Buck named new NASCAR Sprint Cup managing director

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Thursday’s first day of the NASCAR Preseason Thunder at Daytona International Speedway features a wide variety of media availabilities. First up were NASCAR president Mike Helton and vp of competition Robin Pemberton, who among other things introduced Richard Buck as the new NASCAR Sprint Cup Series managing director.

Buck, a 30-plus year veteran of motorsports who has won several Indianapolis 500s as a crew chief and worked in NASCAR, IndyCar and sports cars, replaces John Darby. Darby will move into a role at NASCAR’s Research & Development Center. Buck transitions into the role after the Rolex 24 at Daytona, his last race with the IMSA group after he was an integral part of the merger process between the GRAND-AM Rolex Series and American Le Mans Series from a competition and technical standpoint.

“I’m eager and ready to pursue this unique opportunity to serve as the NASCAR Sprint Cup Series managing director,” Buck said in a series release. “I appreciate the faith that NASCAR’s management team has entrusted in me for this role. As we prepare to launch the 2014 NASCAR Sprint Cup Series season, I’m thrilled to expand my role in the sport of NASCAR, and I look forward to helping the NASCAR Sprint Cup Series competition team continue to produce the best racing in the world.”

Added Helton, “We’re working on recreating NASCAR’s approach to competition to serve the industry better. As we get the season up and running past Daytona, there will be more evidence of that.”

Pemberton confirmed the technical changes that have already been announced for 2014, with an half-inch increased rear spoiler for the NASCAR Sprint Cup cars, and adding a new cooling system to the Nationwide and Camping World Truck Series vehicles. Both Nationwide and Trucks will also have a new recommended spec radiator.

When asked whether the spoiler adjustment for Cup could potentially see a return of the “two-car tandem” that dominated restrictor plate races a couple years ago, Pemberton denied that would happen.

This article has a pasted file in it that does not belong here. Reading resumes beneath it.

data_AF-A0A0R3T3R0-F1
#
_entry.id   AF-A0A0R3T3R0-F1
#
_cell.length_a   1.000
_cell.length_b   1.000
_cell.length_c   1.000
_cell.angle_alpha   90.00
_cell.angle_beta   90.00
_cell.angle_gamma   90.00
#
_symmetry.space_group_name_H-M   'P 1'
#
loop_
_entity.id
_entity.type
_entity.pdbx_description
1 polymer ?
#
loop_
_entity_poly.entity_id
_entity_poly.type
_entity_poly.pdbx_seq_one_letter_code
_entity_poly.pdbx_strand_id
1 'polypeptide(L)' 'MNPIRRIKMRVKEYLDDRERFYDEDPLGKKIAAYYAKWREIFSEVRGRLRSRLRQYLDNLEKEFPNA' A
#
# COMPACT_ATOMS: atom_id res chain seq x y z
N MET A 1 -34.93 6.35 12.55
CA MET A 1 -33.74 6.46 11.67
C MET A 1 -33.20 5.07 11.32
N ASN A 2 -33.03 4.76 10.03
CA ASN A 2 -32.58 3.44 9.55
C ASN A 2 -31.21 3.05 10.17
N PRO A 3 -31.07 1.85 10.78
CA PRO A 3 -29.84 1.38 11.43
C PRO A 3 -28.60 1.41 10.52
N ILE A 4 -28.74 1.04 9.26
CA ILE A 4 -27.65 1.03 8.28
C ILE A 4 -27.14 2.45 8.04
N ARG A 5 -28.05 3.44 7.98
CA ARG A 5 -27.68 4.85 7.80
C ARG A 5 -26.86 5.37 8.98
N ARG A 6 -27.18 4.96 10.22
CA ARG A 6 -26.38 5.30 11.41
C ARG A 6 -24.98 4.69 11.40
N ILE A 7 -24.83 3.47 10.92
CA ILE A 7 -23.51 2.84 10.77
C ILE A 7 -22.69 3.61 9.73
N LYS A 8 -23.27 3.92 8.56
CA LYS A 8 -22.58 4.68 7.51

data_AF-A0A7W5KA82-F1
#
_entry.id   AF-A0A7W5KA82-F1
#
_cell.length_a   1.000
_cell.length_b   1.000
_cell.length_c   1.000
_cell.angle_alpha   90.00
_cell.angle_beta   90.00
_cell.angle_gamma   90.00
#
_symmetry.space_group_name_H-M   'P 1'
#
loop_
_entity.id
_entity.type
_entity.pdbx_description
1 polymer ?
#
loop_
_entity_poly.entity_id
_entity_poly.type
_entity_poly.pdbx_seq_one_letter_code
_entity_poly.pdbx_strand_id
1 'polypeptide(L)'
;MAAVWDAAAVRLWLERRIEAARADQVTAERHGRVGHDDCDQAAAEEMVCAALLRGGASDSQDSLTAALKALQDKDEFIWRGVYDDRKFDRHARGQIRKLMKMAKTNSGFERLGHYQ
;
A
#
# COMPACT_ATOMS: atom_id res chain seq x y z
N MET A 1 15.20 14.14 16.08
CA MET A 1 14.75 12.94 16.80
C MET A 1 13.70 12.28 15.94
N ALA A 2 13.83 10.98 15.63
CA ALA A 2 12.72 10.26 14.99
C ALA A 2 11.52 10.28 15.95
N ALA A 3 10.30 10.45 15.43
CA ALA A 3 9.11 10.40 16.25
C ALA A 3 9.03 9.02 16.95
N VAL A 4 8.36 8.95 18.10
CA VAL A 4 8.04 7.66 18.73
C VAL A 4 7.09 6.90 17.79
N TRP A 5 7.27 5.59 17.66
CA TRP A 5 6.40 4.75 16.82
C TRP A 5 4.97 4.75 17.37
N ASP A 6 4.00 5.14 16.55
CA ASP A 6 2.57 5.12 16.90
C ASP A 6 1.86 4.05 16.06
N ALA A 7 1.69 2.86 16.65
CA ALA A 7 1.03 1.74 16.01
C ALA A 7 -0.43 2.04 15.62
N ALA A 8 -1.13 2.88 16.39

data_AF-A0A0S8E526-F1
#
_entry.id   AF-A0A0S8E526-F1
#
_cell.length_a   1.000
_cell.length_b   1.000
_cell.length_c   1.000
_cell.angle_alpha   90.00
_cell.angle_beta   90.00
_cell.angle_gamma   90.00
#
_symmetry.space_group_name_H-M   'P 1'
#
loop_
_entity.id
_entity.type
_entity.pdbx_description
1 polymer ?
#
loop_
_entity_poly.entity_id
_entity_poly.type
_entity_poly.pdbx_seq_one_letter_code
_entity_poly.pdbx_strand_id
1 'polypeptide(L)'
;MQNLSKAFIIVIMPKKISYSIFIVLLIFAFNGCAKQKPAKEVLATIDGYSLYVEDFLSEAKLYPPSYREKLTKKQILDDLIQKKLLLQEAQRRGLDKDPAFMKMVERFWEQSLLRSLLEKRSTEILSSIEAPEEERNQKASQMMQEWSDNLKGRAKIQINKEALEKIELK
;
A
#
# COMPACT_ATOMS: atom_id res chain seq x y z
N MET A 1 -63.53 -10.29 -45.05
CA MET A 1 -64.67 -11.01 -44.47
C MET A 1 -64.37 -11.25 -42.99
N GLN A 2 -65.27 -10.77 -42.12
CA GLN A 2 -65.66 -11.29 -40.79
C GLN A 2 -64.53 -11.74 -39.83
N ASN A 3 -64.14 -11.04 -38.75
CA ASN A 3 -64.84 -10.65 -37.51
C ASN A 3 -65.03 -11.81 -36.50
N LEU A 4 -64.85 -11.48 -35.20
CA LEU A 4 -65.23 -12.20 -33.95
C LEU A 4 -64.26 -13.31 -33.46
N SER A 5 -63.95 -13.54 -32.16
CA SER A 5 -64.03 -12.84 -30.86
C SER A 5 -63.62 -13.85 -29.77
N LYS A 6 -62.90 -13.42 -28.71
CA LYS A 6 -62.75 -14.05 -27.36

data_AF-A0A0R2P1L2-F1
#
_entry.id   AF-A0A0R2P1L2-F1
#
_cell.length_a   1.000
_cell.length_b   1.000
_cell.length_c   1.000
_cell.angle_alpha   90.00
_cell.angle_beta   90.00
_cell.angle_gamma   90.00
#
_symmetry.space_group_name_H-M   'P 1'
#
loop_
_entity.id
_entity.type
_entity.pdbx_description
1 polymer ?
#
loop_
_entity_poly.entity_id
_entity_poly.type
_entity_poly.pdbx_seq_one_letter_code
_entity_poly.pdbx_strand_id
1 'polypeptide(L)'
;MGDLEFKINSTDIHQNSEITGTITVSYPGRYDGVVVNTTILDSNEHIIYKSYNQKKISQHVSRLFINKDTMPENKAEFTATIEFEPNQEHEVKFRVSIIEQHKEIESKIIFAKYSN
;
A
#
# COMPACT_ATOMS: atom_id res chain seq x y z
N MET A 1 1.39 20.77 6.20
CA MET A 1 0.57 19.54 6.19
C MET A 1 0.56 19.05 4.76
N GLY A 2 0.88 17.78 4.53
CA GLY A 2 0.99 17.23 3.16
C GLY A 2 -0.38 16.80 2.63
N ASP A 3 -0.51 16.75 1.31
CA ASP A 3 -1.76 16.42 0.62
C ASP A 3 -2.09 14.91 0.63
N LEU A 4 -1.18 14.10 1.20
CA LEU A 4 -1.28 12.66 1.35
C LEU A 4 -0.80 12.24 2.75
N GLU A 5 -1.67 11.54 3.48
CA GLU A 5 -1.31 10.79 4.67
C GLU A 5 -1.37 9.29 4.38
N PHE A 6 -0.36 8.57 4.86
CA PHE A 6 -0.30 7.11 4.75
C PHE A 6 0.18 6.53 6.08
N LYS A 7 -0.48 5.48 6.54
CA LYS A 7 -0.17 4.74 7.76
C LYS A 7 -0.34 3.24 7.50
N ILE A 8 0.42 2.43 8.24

“There’s not been a big enough suck up into the draft and this should help,” he explained. “Guys couldn’t make a run at times. We’d been talking to the teams since mid-last year and the spoiler change was one that came to us through the teams.”

More will come throughout the day from the other media availabilities, and also when cars hit the track. The first session of the day was postponed by rain.

Theriault clinches ARCA title before finale at Kansas

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KANSAS CITY, Kan. (AP) There is no long, convoluted story about how Austin Theriault came to Ken Schrader Racing, forging a team that so dominated the ARCA Series that it captured the title simply by showing up for the finale.

“We both wanted something to do,” the folksy Schrader said with a smile and shrug before Friday night’s race at Kansas Speedway. “He didn’t have a car to drive and I didn’t have a driver.”

So, they solved each other’s problem.

Theriault hopped into the seat and proceeded to win seven times over the first 19 races, building such a lead on his nearest challenger that he sewed up the title at Kentucky. And that made for a rather enjoyable weekend at Kansas, where all the pressure was off their team.

Along the way, Theriault became the first driver to win at a superspeedway, short track, dirt track and road event in the same season, and he swept the superspeedway and short-track challenges.

If there was something to win, he won it.

“I hoped we’d have a shot at it and it’s proved out this year that we’ve really exceeded anybody’s expectations,” Theriault said. “We had some things to work on early. We kind of dusted off a bit, went back to work. We had some time between Daytona and the mile-and-a-halfs that came up later in the season, and we realized where we were strong and where we had to work.

“But in the end it came back to pure dedication, I think,” he explained. “The amount of time it took behind the scenes to make this happen.”

The 23-year-old driver from Fort Kent, Maine, knows something about dedication. He appeared to be on racing’s fast track, scoring a Truck Series ride a few years ago for Brad Keselowski, when a terrifying crash at Las Vegas left him with a broken back and sitting on the sidelines.

The best ride he could find last year was in the K&N Pro Series.

It was at a trade show in Indianapolis last December that Theriault ran into Schrader, who was busy putting together a team for this season. They had dinner a couple nights later and, Schrader said, it was his wife Ann who came away impressed by the yes-sir, no-sir driver.

“My wife doesn’t go to all the races,” Schrader said. “After we talked she said, `I like that guy. How good is he?’ She doesn’t know. I knew he was racing well in Keselowski’s truck, had an unfortunate wreck, had to sit out a bit. I told her, `That’s somebody who could make us very happy next year.”‘

Theriault delivered on that promise.

They weren’t the only ones happy Friday, either. Zane Smith earned his second pole of the season, beating teammate Sheldon Creed to earn the top spot for the Kansas ARCA 150, while 20-year-old Natalie Decker announced a full-time ride with Venturini Motorsports next season.

“This is obviously a big step in my career,” said Decker, who made six starts as a rookie this season. “I’m confident and ready for this next move. After tonight my focus shifts to next season. We’ll be ready to go at Daytona.”